There was plenty of callbacks to old movies in “Attack the Block,” including 80s gang flicks like “The Warriors” and “Streets of Fire,” but the film was far more creative than your typical nostalgia pastiche. Even the design of the “gorilla-wolf” aliens that crash into a giant South London housing complex was refreshing (if something with glowing, razor-sharp teeth and a hunger for human flesh can be termed “refreshing”). Director Joe Cornish’s dazzling debut film was light on science but heavy on scares and humor, and it featured a cast of charismatic misfit kids who made the Goonies look like the Muppet Babies. Buried beneath the laughs and scares, there are even some powerful themes about personal responsibility and the dehumanizing nature of life in the projects. Believe, bruv: this movie deserved better than its $1.0 million domestic gross. Read my full review here.

Back to PART 1 of The Best Genre Movies of 2011.

What was your favorite spy movie, cop movie, sports movie, mystery, and sci-fi movie of the year? Tell us in the comments below or write to us on Facebook and Twitter.


Lorne Visits the Cat Ranch

Lorne Michaels Finally Talks to Marc Maron on WTF

Maron returns to IFC in 2016.

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A historic summit of comedic minds has finally happened in the Cat Ranch — Lorne Michaels sat down for an interview on Marc Maron‘s WTF Podcast. And you can listen to it here.


20 years ago, Marc had a meeting with Lorne about possibly taking over Weekend Update on Saturday Night Live. But then Marc never got a a callback—and his brief meeting with the SNL guru has haunted him ever since. This week on his WTF podcast, Marc finally got closure. As Marc wrote on his website, “In the history of WTF, Lorne Michaels is talked about more than any other person. Now he is finally a guest.”

In addition to discussing why Marc wasn’t ready to join the Not Ready for Primetime Players, the episode’s wide-ranging conversation also covers the reason Michaels started the show back in 1975 and what keeps him doing it each and every season.

Listen to WTF on iTunes or download from the WTF podcast website. And be sure to check IFC.com for more updates on Marc and season 4 of his comedy series Maron, which returns to IFC spring 2016.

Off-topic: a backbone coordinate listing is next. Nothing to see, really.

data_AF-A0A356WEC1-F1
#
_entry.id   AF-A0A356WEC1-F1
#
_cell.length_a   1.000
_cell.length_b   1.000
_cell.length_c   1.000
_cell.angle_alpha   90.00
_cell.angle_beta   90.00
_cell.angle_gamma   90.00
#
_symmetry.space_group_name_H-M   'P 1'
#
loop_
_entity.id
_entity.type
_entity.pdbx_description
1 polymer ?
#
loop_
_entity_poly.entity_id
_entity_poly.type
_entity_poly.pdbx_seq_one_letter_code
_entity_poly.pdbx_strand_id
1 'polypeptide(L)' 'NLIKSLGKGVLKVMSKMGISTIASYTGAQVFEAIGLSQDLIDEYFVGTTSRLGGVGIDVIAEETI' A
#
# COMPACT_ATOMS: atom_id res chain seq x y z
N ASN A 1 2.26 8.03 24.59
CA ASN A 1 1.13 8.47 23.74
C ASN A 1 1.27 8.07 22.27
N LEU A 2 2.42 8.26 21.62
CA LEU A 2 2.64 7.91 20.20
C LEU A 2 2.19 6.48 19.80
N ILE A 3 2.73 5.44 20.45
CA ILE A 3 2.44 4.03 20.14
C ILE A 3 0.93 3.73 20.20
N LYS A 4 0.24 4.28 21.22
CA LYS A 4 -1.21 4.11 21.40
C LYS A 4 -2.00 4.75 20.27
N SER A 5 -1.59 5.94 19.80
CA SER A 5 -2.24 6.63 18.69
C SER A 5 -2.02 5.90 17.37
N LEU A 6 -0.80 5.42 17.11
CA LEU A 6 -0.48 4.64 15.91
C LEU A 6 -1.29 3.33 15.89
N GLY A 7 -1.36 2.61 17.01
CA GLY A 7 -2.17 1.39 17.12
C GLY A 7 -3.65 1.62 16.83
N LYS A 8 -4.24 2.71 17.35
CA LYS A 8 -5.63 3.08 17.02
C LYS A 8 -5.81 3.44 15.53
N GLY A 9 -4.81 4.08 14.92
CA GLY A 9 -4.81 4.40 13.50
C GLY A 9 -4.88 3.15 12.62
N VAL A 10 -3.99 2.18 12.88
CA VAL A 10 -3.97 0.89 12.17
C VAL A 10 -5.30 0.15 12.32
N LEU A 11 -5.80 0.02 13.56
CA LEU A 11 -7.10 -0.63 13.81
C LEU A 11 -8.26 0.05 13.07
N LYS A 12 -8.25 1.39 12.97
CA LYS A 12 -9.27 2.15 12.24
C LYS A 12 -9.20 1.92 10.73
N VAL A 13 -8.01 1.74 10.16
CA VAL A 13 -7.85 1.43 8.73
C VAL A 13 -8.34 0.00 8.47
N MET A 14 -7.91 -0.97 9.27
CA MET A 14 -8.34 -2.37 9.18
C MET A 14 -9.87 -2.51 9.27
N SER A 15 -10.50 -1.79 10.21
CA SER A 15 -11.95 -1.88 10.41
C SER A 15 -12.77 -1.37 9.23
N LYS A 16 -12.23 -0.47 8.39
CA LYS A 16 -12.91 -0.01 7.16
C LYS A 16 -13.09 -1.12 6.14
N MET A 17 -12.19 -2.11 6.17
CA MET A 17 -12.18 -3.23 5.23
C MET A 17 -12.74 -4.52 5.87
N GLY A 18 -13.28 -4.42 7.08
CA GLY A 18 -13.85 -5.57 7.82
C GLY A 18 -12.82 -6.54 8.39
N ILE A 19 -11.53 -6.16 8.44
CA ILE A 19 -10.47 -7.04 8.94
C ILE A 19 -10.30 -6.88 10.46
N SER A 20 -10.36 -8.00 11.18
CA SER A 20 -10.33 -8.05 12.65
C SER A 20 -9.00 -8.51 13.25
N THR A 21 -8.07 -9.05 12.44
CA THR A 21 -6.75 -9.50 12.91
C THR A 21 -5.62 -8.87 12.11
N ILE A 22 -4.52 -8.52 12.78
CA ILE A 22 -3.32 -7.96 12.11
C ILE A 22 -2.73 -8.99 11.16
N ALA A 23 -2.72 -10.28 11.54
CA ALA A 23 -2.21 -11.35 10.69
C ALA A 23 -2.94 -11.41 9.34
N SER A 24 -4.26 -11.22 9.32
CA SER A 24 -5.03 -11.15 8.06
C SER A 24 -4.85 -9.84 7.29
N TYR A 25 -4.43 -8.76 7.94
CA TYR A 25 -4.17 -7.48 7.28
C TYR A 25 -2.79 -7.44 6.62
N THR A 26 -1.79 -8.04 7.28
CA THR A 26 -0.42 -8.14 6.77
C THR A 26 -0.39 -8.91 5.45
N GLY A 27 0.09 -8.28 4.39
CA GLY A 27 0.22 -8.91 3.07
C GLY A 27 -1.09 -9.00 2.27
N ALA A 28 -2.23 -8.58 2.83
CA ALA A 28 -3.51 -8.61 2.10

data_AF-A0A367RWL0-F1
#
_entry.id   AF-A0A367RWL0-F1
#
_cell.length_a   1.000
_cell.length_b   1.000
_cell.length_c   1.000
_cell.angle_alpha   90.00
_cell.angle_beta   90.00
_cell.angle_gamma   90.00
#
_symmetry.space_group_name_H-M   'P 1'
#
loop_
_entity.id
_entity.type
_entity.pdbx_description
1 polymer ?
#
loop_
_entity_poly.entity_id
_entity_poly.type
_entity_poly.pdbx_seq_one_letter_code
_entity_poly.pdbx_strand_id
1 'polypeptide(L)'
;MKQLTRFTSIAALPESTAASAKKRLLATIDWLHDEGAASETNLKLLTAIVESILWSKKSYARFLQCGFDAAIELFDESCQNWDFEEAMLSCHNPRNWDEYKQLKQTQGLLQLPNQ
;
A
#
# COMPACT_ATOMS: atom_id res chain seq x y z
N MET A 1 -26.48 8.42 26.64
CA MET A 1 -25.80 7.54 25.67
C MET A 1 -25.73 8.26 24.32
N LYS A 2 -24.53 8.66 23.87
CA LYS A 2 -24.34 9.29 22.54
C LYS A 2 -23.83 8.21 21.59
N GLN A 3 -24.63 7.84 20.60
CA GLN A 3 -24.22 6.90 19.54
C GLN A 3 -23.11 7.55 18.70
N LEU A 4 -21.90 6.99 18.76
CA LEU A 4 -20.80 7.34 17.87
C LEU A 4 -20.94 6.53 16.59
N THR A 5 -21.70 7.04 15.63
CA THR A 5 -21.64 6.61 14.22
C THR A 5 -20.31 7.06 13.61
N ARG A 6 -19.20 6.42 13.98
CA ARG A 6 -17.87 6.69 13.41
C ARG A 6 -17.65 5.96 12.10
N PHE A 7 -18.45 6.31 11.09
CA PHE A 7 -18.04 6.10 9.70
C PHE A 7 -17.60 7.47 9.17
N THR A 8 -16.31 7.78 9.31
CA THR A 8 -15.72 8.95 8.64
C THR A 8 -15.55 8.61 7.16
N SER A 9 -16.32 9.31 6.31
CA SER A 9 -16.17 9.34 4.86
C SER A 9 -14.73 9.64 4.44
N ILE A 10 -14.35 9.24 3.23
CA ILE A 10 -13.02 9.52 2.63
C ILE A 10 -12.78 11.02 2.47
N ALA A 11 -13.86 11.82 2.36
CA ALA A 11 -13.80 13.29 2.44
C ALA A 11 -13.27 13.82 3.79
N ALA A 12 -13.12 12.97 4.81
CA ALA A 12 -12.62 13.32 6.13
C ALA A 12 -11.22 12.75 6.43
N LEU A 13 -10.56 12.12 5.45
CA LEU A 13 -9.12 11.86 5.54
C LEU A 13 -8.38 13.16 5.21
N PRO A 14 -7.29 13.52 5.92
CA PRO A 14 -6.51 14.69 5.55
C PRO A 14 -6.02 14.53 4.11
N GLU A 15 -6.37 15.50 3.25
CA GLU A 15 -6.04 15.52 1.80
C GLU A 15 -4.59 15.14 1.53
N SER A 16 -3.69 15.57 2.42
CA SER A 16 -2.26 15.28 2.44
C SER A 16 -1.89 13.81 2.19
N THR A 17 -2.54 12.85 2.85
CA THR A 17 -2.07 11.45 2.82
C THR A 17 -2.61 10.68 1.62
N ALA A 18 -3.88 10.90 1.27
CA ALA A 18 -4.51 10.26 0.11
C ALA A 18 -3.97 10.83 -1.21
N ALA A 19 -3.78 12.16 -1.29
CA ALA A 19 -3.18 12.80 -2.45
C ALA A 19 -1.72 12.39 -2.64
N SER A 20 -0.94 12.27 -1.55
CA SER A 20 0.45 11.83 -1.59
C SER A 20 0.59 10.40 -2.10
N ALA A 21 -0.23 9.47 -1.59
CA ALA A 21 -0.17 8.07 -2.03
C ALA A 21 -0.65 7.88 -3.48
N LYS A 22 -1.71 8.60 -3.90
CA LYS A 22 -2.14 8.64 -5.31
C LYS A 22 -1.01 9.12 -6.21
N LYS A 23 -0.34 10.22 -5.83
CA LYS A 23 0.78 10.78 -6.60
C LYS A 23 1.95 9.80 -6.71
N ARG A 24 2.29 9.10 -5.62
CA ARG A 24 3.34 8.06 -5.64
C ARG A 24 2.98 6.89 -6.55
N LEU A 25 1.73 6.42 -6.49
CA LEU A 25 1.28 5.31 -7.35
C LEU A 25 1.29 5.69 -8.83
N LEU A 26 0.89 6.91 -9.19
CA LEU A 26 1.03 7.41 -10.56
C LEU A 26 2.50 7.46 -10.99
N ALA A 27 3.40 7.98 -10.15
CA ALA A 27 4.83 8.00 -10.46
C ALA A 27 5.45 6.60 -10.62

Todd Margaret Returns

David Cross and Todd Margaret Are Returning to IFC In January

Todd Margaret returns to IFC on January 7th, 2016.

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Crack open your stockpiled hoards of Thunder Muscle, because David Cross’ series Todd Margaret is returning to IFC for a third season. The show will return on Thursday, January 7th, 2016 with the first three episodes of the six-episode series airing back-to-back beginning at 10PM ET/PT. The remaining three episodes will premiere the following week on Thursday, January 14th at 10pm ET/PT.

Season two of Todd Margaret ended with a literal bang, with Todd blowing up the world as he continued to make increasingly poor decisions in his role as an American titan of industry. “Since we last saw Todd Margaret, which we thought was actually the last time we’d see him, this show has become a favorite among comedy fans,” commented Jennifer Caserta, IFC’s president. “Only David Cross could write his way around destroying the world to resurrect this character and story in a way that’s mind blowing and completely hilarious.”

In season three, fans will meet a very different Todd as the creators guide him on a journey which goes to some truly unexpected places. In addition to Cross, the new season will feature Jack McBrayer (30 Rock) along with Will Arnett (Arrested Development, BoJack Horseman), Blake Harrison (The Inbetweeners 2), Sharon Horgan (Catastrophe), Amber Tamblyn (Two and a Half Men) and Russ Tamblyn (Django Unchained), who return to the series playing familiar characters…with a twist. Check back for more Todd Margaret updates as we head to the big premiere in January.


Don't Act Your Age

10 Actors Who Went Old

Catch David Krumholtz on Gigi Does It tonight at 10:30P on IFC.

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You always hear about older actors clinching to their youth by taking on vastly younger, age-inappropriate roles. (The collective age of the 90210 cast, especially in later seasons, was definitely in the hundreds.) But those thespians who choose to age up — through the use of prosthetics, makeup, or otherwise — often deliver astounding performances.